But the two foods you need to stop eating right now are French fries and potato chips. "They are the number one and number two causes of weight gain in America," according to Dr. Oz. "French fries cause 3 pounds of weight gain, independent of anything else, a year." Potato chips are a close runner up, packing on about 2 pounds a year. The saturated fat and salt make an addictive combo "that you cannot get ahead of," he says.
Dr. Oz's favorite alternatives:
Tracking your progress
You should start to see noticeable changes in about six weeks. But aiming for a particular number on the scale may not be the best way to track your progress, Dr. Oz says. "The best goals are the ones that affect the way your body is shaped, not how much you weigh. If you work out you build muscle mass and that weighs more than fat." Charting your dress/pant size is a better way to gauge your success. Your waist size is another. "The formula is pretty clear: You want your waist circumference to be less than half your height at all times."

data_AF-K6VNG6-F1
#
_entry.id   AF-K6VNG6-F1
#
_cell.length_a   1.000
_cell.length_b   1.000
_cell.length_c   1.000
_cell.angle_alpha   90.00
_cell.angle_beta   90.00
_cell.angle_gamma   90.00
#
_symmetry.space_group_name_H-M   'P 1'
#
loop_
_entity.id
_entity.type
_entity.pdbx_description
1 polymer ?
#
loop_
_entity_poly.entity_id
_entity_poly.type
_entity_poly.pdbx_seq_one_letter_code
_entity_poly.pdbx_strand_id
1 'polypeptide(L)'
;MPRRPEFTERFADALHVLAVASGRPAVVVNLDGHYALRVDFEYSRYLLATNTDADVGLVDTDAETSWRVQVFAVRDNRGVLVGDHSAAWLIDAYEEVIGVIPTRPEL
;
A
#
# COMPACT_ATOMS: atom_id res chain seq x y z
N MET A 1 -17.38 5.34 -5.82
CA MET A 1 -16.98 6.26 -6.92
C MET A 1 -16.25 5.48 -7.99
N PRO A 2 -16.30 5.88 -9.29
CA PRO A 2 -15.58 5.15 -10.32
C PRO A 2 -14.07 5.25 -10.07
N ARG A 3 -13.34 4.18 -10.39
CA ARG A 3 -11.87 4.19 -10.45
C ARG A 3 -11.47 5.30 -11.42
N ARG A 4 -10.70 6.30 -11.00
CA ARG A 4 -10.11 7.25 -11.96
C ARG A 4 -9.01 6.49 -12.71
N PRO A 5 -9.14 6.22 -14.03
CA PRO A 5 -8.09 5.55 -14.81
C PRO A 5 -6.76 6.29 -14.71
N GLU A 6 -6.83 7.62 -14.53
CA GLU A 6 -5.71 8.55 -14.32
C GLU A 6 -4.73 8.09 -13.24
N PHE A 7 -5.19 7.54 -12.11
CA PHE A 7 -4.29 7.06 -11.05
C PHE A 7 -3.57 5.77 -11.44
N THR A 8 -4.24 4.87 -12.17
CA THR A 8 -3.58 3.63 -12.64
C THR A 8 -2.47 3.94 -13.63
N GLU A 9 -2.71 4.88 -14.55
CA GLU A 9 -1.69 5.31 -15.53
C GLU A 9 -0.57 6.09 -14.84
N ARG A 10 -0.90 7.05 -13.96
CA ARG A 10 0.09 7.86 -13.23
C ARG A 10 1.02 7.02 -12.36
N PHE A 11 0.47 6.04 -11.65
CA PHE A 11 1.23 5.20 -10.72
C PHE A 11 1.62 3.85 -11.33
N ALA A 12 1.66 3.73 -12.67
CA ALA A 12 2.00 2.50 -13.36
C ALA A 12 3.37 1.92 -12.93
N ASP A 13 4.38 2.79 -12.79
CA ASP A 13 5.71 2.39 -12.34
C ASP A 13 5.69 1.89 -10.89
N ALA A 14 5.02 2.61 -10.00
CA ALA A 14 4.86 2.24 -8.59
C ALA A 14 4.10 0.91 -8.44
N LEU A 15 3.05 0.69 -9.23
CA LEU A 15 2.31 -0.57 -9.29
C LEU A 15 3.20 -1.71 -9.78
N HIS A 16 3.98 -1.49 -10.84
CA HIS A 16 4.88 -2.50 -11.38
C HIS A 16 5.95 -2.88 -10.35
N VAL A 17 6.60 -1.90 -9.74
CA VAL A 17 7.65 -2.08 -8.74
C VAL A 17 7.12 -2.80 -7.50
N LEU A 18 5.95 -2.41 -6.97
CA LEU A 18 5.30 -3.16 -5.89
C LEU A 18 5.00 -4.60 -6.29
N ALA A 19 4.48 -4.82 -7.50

If your weight loss hits a plateau, don't freak out. Dr. Oz suggests mixing up your diet to stimulate your hormones. "We call it 'shredding weight,'" he says. "Introduce simple carbohydrates every other day or every third day to stimulate your thyroid." Add smart variations to your diet and look for the real signs of hunger, which are felt in your mouth, not your belly.
Dr. Oz's 9-Step Plan for Weight Loss